Supporting our Bat Population by Dr. Sadie Hutchings

By forming a town wide initiative in your town to install bat houses, we are helping support a local species that is not only feeds on mosquitoes and other night insects, but we are helping support a major pollinator and seed distributor. 

While bats alone are not the sole solution to our mosquito misery, they are part of a solution that helps reduce our environment and our own exposure to chemicals to prevent insect bites and the diseases they carry with them. Pregnant bats can eat up to their body weight, some species eating 500-1000 mosquitoes an hour!
Providing a bat friendly environment will help support an important native species

Read more

,

Time to nurture nature’s newbies

By Katy Ward
Posted May 10, 2018 at 7:00 AM – courtesy of the Provincetown Banner

PROVINCETOWN — It’s baby-boom time for wildlife on the Cape and people need to understand how to coexist with compassion.

That’s why Friends of Cape Wildlife will present “Why Wildlife Matters,” with Kathy Zagzebski, of the National Marine Life Center in Bourne, and Stephanie Ellis, of Wild Care in Eastham, on Wednesday, May 23 at Napi’s Restaurant in Provincetown.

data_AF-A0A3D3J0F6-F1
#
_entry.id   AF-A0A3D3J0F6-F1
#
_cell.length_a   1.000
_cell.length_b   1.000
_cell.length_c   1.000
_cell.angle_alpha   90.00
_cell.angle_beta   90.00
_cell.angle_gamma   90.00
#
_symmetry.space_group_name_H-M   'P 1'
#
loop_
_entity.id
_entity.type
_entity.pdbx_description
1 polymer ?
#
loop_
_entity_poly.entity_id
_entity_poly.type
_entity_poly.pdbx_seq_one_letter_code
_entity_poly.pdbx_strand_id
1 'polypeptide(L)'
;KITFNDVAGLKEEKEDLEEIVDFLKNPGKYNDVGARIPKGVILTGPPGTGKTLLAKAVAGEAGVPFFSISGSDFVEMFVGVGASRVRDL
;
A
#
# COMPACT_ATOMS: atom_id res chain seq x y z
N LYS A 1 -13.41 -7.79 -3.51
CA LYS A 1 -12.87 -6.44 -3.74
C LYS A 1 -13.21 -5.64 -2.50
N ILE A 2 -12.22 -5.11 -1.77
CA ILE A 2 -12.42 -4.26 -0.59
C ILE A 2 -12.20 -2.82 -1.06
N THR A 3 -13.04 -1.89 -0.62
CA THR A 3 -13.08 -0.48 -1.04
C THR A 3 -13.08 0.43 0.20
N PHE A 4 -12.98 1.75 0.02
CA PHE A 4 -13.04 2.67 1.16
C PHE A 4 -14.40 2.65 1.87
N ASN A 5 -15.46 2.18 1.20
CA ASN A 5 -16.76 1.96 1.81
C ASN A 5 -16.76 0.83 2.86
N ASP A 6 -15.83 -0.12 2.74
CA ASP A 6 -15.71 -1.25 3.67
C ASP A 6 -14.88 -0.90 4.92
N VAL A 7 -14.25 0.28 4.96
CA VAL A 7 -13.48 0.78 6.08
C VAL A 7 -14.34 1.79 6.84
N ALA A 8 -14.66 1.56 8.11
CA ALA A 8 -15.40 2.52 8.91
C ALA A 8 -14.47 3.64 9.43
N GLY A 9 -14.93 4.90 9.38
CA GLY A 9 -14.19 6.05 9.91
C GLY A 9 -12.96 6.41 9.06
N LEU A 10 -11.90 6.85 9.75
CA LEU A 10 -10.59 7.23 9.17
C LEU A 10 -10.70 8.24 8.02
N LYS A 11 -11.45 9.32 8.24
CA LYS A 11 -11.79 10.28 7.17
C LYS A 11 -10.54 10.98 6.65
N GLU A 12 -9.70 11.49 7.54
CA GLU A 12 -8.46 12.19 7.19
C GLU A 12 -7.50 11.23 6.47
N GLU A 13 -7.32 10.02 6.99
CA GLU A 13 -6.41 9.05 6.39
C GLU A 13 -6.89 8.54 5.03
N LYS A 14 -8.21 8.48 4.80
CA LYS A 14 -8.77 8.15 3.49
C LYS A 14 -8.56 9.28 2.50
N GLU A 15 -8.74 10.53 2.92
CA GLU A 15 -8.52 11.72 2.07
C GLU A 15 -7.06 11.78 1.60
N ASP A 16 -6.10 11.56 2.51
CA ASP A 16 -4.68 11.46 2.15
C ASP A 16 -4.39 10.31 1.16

“It is our responsibility to rectify our human impact,” said Ellis, executive director of Wild Care, which cares for sick and injured small wildlife. “There’s not really any such thing as nature taking its course. It’s trying to take its course, but we are in the way.”
Read more

Why Wildlife Matters

Friends of Cape Wildlife & Napi’s Restaurant Present

WHY WILDLIFE MATTERS

With Kathy Zagzebski & Stephanie Ellis

Wednesday May 23rd at 7pm
7 Freeman St.
Provincetown
FREE
(Donations gratefully accepted)

Read more

Incubator babies

Incubators for Wildlife Babies

In the aftermath of a very successful fundraising campaign, Friends of Cape Wildlife delivered a Brinsea incubator to Jennifer Taylor, Animal Care Coordinator, and Stephanie Ellis, Executive Director, at Wild Care in Orleans this spring 2018. The staff and volunteers were excited to receive the new unit.  Jennifer was especially happy about the design of the incubator, saying that due to the height they could create double decker housing, adding a second shelf to accommodate twice as many animals during the heavy baby season.